Tuesday, August 31, 2010

Monet's Kitchen - The Play Version: Part 2 Hautbois and Trumpet Fanfare

Ta-Da.... The Monet Play Kitchen. The refrigerator and hutch will come later in the fall, but this is the main part.

Building this was the most fun ever. Miss T. would have been quite happy with something more modest, but her mom and I laughed constantly while making it. I wouldn't have missed it for the world.

The second shot shows it in situ, for scale.

The backsplash of Delft tiles is paper. We created the whole thing in Photoshop, using a disk of tile patterns from the Rijksmuseum in Amsterdam, and printed it out on 8 1/2 by 11 sheets. We painted the plywood underneath a grey grout color, so mistakes wouldn't be glaring. We used Mod Podge to stick them on and provide a protective surface. It turned out so well that I'm trying to figure out how to do the same thing at home.

The dish drainer is simply cut down from a full-sized Ikea one and painted white. The country sink is a salad bowl from Target (before the boycott) and the counter is faux marbre done by me. The gold supports are from a broken antique table Daughter of COG had lying around.

I love the way the country stove turned out. The brass escutcheons add the final touch to the doors, but we put the brass hinges on the 'wrong' way so they'd show. And the brass trim around the doors is wood strips, sprayed antique brass, with brass screws for additional 'brassiness.' The brass knobs at the back of the top are also from the reuse center.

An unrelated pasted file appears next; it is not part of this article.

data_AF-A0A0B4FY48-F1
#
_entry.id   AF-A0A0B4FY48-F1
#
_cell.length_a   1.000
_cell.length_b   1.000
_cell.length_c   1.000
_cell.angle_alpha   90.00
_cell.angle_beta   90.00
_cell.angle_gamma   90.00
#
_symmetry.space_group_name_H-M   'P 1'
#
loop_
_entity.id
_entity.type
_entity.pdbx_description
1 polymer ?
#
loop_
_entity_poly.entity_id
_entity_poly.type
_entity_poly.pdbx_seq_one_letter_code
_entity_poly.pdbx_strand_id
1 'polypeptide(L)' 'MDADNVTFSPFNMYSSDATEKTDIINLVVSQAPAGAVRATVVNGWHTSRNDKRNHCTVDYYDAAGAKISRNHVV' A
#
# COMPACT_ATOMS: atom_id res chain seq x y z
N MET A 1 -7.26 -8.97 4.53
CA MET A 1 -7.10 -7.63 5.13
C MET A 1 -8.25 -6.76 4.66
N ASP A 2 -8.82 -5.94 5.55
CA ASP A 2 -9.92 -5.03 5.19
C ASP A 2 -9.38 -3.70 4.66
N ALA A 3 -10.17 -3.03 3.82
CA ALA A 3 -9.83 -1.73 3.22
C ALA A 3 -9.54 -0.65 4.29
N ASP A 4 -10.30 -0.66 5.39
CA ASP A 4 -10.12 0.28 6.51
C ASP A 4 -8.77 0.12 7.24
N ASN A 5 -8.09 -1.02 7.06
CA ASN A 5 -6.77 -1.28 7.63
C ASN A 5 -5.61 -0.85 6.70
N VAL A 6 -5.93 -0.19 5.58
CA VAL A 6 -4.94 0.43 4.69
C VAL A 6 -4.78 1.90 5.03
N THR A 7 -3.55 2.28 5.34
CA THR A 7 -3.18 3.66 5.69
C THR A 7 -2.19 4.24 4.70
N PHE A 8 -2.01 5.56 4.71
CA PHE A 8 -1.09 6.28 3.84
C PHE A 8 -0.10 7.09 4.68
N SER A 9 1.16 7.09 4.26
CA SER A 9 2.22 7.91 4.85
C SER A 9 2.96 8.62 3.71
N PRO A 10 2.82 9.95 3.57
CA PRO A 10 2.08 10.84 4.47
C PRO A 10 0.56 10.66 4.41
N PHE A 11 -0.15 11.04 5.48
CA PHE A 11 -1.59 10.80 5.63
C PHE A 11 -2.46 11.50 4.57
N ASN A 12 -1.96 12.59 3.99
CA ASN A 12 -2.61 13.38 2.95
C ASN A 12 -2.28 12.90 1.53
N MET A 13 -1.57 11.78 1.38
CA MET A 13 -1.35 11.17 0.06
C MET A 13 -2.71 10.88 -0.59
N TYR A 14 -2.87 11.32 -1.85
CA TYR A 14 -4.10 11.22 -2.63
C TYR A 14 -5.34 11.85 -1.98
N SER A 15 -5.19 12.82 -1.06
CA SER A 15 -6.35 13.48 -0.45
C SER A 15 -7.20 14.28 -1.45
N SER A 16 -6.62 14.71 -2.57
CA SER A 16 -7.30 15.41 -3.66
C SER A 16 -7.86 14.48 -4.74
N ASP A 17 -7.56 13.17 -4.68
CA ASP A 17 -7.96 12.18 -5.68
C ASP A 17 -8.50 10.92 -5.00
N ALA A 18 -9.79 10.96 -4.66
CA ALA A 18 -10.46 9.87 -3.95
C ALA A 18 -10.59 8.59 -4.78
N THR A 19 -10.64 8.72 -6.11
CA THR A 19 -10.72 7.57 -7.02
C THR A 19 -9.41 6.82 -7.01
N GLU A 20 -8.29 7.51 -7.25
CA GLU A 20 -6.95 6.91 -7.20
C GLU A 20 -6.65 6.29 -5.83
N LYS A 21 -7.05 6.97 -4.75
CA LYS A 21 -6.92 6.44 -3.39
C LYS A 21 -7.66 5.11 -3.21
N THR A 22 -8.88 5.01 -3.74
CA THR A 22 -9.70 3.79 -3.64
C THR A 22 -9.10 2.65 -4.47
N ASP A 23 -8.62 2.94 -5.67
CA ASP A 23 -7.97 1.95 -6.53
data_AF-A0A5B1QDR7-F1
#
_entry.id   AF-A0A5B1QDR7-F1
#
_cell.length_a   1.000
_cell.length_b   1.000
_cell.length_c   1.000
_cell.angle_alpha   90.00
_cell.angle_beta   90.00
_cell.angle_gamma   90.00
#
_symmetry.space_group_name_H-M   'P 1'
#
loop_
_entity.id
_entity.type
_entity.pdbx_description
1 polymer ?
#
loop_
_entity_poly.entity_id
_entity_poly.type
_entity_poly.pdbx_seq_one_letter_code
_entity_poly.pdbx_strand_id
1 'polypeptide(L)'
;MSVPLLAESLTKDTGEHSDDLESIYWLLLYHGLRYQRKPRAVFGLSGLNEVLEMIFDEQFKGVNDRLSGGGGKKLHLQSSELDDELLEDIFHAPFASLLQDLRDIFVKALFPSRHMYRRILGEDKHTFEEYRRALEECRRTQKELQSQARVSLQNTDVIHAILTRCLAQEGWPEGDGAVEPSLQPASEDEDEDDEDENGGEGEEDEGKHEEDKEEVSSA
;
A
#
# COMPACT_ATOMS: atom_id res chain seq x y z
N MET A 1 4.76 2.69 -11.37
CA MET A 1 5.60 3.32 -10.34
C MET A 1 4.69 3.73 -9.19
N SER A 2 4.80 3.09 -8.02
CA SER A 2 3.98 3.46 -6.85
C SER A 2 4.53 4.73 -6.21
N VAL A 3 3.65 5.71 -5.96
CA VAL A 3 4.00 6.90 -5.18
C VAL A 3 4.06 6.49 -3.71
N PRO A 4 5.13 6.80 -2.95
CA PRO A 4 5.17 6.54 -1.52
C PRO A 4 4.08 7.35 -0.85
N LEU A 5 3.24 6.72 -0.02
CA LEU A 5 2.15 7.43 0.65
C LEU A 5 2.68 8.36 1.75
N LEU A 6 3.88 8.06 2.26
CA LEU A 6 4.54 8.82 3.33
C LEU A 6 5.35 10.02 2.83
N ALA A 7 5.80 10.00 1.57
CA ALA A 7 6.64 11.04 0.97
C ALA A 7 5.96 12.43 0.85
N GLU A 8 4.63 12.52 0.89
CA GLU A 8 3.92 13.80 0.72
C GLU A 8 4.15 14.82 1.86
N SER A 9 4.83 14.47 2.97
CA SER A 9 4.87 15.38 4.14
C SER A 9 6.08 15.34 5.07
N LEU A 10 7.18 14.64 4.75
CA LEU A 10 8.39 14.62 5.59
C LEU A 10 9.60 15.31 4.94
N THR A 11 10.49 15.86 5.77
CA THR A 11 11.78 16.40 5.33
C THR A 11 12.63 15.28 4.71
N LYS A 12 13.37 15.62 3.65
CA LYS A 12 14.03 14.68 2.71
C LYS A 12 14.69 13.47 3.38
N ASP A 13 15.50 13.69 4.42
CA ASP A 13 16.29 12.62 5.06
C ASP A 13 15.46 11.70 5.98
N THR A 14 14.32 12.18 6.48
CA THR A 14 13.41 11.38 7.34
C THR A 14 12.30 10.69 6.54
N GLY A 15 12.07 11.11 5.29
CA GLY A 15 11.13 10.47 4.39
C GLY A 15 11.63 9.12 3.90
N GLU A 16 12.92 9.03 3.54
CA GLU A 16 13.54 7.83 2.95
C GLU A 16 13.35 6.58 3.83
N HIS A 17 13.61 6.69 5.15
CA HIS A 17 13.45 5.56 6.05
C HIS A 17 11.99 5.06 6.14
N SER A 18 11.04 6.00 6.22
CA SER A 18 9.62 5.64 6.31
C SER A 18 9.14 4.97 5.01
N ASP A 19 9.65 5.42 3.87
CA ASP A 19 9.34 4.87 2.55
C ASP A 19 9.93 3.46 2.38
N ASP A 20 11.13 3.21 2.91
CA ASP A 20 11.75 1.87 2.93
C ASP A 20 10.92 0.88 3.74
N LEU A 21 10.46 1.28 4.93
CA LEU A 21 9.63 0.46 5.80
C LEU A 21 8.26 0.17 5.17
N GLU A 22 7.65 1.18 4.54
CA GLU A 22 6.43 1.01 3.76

This is a better shot of the faux marbre counter. Those are black coasters from Ikea forming the rings on the stove, glued and screwed with brass screws.

Monet's Kitchen- The Play Version: Part 1

Perhaps you recall that last Spring Daughter of and I started to build a modest play kitchen for Miss T. What we had in mind was something like this charming example from Ikea Hacker.

Then, we saw this picture

and The Monet-at -Giverny Play Kitchen was conceived.

I'll show you pictures of the final product tomorrow, but here are some details.

Daughter of deconstructing the entertainment console we used for extra wood. Notice the feet which got cutdown for the refrigerator.

Before painting, tiles, faux marbre counters, country sink, stove parts etc.

The refrigerator with its 'shelves' in place and the decorative border on the top.

Miss T. enjoying the refrigerator before the top was put on and the shelves installed. Note, especially, the decorative feet on the fridge cut down from the entertainment console.

Some of the brass pieces we used - the ornamental escutcheon is one of two I bought at a reuse center for extra decoration.

The copper batterie de cuisine - Ikea aluminum kid's stuff, sprayed copper.

Thursday, August 26, 2010

Early Color Film of England

Vivi has an early technicolor clip at Cattus Dommuswhich reminded me of a wonderful program we saw on BBC a few years ago.

In 1924, William Friese-Greene, a photographer from Brighton, made a color film called 'The Open Road.' It was a tour of England from Land's End in Cornwall to John O'Groats in Scotland filmed in 'kinecolor,' an early color process. This littlr clip shows the beginning of the trip -fascinating to see people and landscapes as they were. The whole film was shown on BBC a few years ago and you can still watch the whole thing in parts on YouTube. As with Vivi's film, it's best to click on the picture to go to YouTube, then click again on the picture to watch it full screen.